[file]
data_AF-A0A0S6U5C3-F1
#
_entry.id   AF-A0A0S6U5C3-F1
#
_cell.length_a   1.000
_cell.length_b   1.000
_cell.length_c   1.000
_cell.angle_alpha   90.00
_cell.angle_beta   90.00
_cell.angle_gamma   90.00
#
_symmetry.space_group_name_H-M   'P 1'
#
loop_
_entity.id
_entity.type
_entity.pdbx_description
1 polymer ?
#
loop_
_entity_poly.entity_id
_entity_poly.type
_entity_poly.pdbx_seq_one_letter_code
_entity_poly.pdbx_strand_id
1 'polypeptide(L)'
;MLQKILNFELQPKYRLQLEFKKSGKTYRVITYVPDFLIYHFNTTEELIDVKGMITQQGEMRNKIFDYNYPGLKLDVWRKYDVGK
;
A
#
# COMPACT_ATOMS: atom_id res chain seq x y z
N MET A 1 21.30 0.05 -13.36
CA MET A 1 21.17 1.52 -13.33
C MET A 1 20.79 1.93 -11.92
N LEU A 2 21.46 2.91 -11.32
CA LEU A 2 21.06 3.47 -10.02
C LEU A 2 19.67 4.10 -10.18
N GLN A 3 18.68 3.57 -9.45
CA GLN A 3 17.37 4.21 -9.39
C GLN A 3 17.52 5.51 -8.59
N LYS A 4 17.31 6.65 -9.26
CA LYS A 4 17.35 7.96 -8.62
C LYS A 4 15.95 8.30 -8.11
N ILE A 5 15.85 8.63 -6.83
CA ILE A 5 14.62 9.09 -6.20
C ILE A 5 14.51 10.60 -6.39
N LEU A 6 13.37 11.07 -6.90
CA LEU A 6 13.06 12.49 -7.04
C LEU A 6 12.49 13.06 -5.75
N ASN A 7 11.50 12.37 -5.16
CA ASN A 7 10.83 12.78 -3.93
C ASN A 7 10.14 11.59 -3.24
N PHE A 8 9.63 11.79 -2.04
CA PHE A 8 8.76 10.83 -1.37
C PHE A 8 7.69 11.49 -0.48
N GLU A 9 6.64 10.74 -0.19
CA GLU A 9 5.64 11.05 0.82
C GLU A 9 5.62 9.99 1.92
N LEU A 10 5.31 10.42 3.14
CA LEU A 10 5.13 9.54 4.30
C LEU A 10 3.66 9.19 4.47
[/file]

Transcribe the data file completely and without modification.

data_AF-A0A0S6U5C3-F1
#
_entry.id   AF-A0A0S6U5C3-F1
#
_cell.length_a   1.000
_cell.length_b   1.000
_cell.length_c   1.000
_cell.angle_alpha   90.00
_cell.angle_beta   90.00
_cell.angle_gamma   90.00
#
_symmetry.space_group_name_H-M   'P 1'
#
loop_
_entity.id
_entity.type
_entity.pdbx_description
1 polymer ?
#
loop_
_entity_poly.entity_id
_entity_poly.type
_entity_poly.pdbx_seq_one_letter_code
_entity_poly.pdbx_strand_id
1 'polypeptide(L)'
;MLQKILNFELQPKYRLQLEFKKSGKTYRVITYVPDFLIYHFNTTEELIDVKGMITQQGEMRNKIFDYNYPGLKLDVWRKYDVGK
;
A
#
# COMPACT_ATOMS: atom_id res chain seq x y z
N MET A 1 21.30 0.05 -13.36
CA MET A 1 21.17 1.52 -13.33
C MET A 1 20.79 1.93 -11.92
N LEU A 2 21.46 2.91 -11.32
CA LEU A 2 21.06 3.47 -10.02
C LEU A 2 19.67 4.10 -10.18
N GLN A 3 18.68 3.57 -9.45
CA GLN A 3 17.37 4.21 -9.39
C GLN A 3 17.52 5.51 -8.59
N LYS A 4 17.31 6.65 -9.26
CA LYS A 4 17.35 7.96 -8.62
C LYS A 4 15.95 8.30 -8.11
N ILE A 5 15.85 8.63 -6.83
CA ILE A 5 14.62 9.09 -6.20
C ILE A 5 14.51 10.60 -6.39
N LEU A 6 13.37 11.07 -6.90
CA LEU A 6 13.06 12.49 -7.04
C LEU A 6 12.49 13.06 -5.75
N ASN A 7 11.50 12.37 -5.16
CA ASN A 7 10.83 12.78 -3.93
C ASN A 7 10.14 11.59 -3.24
N PHE A 8 9.63 11.79 -2.04
CA PHE A 8 8.76 10.83 -1.37
C PHE A 8 7.69 11.49 -0.48
N GLU A 9 6.64 10.74 -0.19
CA GLU A 9 5.64 11.05 0.82
C GLU A 9 5.62 9.99 1.92
N LEU A 10 5.31 10.42 3.14
CA LEU A 10 5.13 9.54 4.30
C LEU A 10 3.66 9.19 4.47